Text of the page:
When Your Insurer Says No: Strategies to Fund Your Prosthesis

By Scott McNutt

It’s a familiar tale: A person faced with amputation learns that his or her insurance doesn’t cover a prosthesis. Even those whose insurance does pay for one prosthesis often discover that their insurers won’t pay for additional prostheses needed to return to work, to engage in an active lifestyle, or for other reasons. Also, insurers may have one-prosthesis-per-lifetime clauses and will refuse to pay for a new one when a prosthesis wears out or otherwise becomes unusable, such as when a child outgrows one, even though such exclusions violate the Affordable Care Act.

And this assumes that an amputee has insurance—many don’t. What, then, can be done to secure a needed artificial limb? Following are some potential strategies for acquiring the prosthesis you need.

Appeal a denial. If you have insurance but your insurer denies you a prosthesis, don’t take no for an answer. Denials are always appealable. If your appeal is denied, and you believe it should not have been, you can take your case to your state insurance commissioner. “How to Work With Your Insurance Company” (http://tinyurl.com/hn6wykx) is a good primer for dealing with your insurer to obtain a prosthesis.

Seek assistance through a prosthetics manufacturer. Major prosthetics manufacturers want to provide prostheses to clients. Many will work with patients for whom their products have been recommended to research financial assistance options. Some have insurance facilitation specialists who will advocate for patients with insurance companies. Contact these firms to learn about your possibilities.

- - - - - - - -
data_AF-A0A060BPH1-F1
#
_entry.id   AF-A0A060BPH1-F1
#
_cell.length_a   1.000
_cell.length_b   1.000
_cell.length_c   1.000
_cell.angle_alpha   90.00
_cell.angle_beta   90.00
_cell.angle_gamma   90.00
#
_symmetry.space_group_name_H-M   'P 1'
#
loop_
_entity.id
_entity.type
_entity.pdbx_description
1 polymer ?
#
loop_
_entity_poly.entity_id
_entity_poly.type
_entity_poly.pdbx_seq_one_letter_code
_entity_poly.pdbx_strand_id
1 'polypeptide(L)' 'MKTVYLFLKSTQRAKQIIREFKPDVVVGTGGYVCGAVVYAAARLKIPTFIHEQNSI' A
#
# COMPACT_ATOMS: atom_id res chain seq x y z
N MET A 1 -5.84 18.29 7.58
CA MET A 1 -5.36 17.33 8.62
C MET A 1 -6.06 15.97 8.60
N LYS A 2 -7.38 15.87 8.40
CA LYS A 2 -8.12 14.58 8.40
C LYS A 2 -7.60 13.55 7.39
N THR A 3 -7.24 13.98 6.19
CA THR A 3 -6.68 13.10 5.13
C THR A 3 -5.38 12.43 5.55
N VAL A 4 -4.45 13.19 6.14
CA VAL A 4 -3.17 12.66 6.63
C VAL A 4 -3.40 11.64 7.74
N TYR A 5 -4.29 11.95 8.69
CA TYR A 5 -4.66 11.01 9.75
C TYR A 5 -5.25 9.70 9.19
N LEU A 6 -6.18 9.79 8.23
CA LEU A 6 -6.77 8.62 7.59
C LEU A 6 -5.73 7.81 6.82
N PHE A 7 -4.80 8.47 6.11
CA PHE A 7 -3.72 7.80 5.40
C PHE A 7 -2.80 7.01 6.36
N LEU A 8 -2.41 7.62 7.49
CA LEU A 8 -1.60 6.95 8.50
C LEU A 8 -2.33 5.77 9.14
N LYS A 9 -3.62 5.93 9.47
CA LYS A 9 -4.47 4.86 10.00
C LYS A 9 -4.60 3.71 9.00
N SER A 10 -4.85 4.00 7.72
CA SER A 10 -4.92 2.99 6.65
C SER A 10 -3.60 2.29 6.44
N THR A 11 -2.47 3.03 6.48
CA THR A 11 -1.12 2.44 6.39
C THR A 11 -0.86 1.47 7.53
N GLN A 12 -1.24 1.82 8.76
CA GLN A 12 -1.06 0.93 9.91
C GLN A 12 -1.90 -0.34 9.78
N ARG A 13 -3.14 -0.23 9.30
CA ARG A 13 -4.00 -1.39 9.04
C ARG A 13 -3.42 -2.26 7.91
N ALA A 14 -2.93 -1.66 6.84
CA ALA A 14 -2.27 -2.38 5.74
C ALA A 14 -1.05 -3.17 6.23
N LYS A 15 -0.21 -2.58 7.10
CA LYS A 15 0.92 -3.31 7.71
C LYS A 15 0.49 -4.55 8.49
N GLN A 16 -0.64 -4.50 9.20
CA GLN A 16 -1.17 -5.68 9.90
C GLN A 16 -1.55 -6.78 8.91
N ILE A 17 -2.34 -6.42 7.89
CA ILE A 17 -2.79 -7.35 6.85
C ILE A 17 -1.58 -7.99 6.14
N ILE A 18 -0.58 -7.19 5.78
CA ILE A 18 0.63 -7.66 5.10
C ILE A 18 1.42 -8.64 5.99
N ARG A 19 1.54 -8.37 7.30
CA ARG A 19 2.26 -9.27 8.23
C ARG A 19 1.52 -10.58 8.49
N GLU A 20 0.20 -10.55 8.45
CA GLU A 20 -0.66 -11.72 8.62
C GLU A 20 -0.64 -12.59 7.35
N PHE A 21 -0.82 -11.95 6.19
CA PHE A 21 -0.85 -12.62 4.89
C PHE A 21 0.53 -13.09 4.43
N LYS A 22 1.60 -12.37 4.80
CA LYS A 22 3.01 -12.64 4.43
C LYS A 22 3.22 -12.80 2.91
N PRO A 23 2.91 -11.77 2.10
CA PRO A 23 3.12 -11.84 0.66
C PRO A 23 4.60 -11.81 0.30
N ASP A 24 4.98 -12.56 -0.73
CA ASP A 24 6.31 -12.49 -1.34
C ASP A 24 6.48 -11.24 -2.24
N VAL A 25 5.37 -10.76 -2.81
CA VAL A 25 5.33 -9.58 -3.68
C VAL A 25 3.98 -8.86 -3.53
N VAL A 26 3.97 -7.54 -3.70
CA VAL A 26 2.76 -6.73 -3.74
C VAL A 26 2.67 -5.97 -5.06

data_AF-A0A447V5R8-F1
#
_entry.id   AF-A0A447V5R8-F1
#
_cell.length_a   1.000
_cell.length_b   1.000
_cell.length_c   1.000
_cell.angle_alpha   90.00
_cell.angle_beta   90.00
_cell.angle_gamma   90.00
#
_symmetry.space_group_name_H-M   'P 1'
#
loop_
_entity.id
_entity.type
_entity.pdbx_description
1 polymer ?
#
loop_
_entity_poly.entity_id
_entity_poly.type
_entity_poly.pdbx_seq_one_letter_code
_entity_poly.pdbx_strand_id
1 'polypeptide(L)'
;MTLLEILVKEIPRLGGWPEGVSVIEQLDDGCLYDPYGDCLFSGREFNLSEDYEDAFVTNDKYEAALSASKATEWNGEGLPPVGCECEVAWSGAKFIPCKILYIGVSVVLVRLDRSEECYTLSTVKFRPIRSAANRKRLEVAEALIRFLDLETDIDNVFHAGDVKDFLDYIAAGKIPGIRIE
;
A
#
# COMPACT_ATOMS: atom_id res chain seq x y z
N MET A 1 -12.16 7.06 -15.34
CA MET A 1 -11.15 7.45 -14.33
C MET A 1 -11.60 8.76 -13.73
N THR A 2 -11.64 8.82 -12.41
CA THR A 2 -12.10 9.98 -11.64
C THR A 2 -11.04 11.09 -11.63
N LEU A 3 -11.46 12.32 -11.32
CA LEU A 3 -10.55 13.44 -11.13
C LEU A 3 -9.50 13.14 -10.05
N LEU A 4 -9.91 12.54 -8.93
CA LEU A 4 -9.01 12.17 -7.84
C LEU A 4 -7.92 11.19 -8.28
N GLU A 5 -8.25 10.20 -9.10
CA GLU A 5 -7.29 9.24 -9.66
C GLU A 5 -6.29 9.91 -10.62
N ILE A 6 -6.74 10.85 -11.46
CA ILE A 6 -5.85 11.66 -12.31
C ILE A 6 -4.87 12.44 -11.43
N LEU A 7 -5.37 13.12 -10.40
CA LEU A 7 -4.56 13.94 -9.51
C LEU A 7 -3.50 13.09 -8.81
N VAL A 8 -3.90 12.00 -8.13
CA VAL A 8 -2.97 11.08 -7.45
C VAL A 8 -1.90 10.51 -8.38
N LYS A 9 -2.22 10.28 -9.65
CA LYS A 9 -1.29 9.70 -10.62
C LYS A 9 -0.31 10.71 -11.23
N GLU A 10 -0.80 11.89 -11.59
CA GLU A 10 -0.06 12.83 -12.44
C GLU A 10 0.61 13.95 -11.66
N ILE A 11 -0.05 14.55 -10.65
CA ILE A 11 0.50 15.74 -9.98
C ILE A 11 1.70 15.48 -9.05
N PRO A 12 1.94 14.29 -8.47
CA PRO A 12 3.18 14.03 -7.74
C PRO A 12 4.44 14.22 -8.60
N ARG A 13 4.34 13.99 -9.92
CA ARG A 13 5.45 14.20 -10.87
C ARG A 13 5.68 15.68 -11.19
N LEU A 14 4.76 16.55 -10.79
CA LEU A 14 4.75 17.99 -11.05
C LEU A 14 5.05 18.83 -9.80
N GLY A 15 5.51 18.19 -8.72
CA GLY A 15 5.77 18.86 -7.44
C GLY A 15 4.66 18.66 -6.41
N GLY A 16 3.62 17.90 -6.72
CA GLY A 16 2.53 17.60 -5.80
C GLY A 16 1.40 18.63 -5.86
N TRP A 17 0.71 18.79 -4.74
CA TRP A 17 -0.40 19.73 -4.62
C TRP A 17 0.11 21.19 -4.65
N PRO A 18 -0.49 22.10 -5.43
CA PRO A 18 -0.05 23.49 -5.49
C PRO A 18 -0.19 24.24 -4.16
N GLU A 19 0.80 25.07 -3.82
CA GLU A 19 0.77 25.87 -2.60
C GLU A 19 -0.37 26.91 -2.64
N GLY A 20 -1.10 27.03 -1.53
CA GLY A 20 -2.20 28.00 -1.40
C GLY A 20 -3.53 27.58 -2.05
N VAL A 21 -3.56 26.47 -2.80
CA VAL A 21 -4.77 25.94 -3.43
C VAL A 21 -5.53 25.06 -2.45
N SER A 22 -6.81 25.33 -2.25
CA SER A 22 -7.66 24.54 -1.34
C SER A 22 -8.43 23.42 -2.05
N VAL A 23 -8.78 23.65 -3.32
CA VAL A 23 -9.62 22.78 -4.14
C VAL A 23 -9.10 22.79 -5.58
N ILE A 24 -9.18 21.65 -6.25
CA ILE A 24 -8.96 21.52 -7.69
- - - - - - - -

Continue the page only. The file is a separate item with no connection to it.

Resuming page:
Find a sponsor. Prosthetics manufacturers, sports organizations, and charities sometimes sponsor amputees, giving them prostheses to help promote the group’s products or mission. Recipients of these sponsorships are often athletes, but not always. Contact the organizations’ public relations departments for more information. 

Get help from your state. If you need a prosthesis to go back to work, your state vocational rehabilitation program may help. A list of all state vocational rehab offices can be found at http://tinyurl.com/nd4vspl.

Try crowdfunding. In this interconnected world, online crowdfunding enables people to raise funds from thousands of individuals. Companies like GoFundMe (www.gofundme.com) and Kickstarter (www.kickstarter.com) offer assistance and online platforms to put on fundraisers. Developing and coordinating an online fundraiser is a complex undertaking, so you may need someone versed in social media working on your project.

Participate in prosthetics research. Various organizations pursue research on limb loss and treatments for it. By volunteering for such studies, you may be able to try experimental prostheses. A list of such clinical trials can be found at http://tinyurl.com/hyppwcj

Contact a charitable organization. Many charities are devoted to supplying amputees with the prostheses they need to live productive lives.

The following is a partial list of such charities

50 Legs

Amputee Blade Runners

Cancer Survivors’ Fund–Prosthetic Limb Assistance Program

Challenged Athletes Foundation

Disabled American Veterans Charitable Service Trust

The Given Limb Foundation